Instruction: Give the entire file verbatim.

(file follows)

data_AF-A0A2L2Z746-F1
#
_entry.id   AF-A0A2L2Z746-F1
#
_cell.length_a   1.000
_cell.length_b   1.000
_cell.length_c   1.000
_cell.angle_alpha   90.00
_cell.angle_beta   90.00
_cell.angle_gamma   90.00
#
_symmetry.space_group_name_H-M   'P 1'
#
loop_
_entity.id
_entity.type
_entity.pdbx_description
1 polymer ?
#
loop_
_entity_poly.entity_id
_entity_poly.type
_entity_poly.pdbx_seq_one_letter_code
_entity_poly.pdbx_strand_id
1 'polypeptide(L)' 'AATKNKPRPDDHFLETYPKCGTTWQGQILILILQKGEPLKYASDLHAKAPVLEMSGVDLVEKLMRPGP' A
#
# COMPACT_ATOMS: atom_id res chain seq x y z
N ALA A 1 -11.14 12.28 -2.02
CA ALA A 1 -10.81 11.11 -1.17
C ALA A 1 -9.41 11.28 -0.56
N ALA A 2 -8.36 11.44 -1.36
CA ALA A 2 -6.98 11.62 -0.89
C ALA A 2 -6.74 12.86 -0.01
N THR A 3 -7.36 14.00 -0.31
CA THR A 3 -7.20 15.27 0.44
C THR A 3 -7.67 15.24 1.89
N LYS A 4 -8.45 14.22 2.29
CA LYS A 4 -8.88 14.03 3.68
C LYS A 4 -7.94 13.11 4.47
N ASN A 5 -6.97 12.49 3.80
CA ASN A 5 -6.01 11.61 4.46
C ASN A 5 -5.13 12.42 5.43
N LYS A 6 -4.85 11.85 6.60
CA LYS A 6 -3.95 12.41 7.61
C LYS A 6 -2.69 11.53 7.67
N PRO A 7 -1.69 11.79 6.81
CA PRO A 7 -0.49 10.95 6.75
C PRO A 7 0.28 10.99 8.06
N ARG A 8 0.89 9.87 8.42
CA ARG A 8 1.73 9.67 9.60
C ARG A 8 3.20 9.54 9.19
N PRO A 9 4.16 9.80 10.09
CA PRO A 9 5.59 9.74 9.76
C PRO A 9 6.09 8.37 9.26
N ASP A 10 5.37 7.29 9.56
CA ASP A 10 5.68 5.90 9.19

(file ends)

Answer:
data_AF-A0A2L2Z746-F1
#
_entry.id   AF-A0A2L2Z746-F1
#
_cell.length_a   1.000
_cell.length_b   1.000
_cell.length_c   1.000
_cell.angle_alpha   90.00
_cell.angle_beta   90.00
_cell.angle_gamma   90.00
#
_symmetry.space_group_name_H-M   'P 1'
#
loop_
_entity.id
_entity.type
_entity.pdbx_description
1 polymer ?
#
loop_
_entity_poly.entity_id
_entity_poly.type
_entity_poly.pdbx_seq_one_letter_code
_entity_poly.pdbx_strand_id
1 'polypeptide(L)' 'AATKNKPRPDDHFLETYPKCGTTWQGQILILILQKGEPLKYASDLHAKAPVLEMSGVDLVEKLMRPGP' A
#
# COMPACT_ATOMS: atom_id res chain seq x y z
N ALA A 1 -11.14 12.28 -2.02
CA ALA A 1 -10.81 11.11 -1.17
C ALA A 1 -9.41 11.28 -0.56
N ALA A 2 -8.36 11.44 -1.36
CA ALA A 2 -6.98 11.62 -0.89
C ALA A 2 -6.74 12.86 -0.01
N THR A 3 -7.36 14.00 -0.31
CA THR A 3 -7.20 15.27 0.44
C THR A 3 -7.67 15.24 1.89
N LYS A 4 -8.45 14.22 2.29
CA LYS A 4 -8.88 14.03 3.68
C LYS A 4 -7.94 13.11 4.47
N ASN A 5 -6.97 12.49 3.80
CA ASN A 5 -6.01 11.61 4.46
C ASN A 5 -5.13 12.42 5.43
N LYS A 6 -4.85 11.85 6.60
CA LYS A 6 -3.95 12.41 7.61
C LYS A 6 -2.69 11.53 7.67
N PRO A 7 -1.69 11.79 6.81
CA PRO A 7 -0.49 10.95 6.75
C PRO A 7 0.28 10.99 8.06
N ARG A 8 0.89 9.87 8.42
CA ARG A 8 1.73 9.67 9.60
C ARG A 8 3.20 9.54 9.19
N PRO A 9 4.16 9.80 10.09
CA PRO A 9 5.59 9.74 9.76
C PRO A 9 6.09 8.37 9.26
N ASP A 10 5.37 7.29 9.56
CA ASP A 10 5.68 5.90 9.19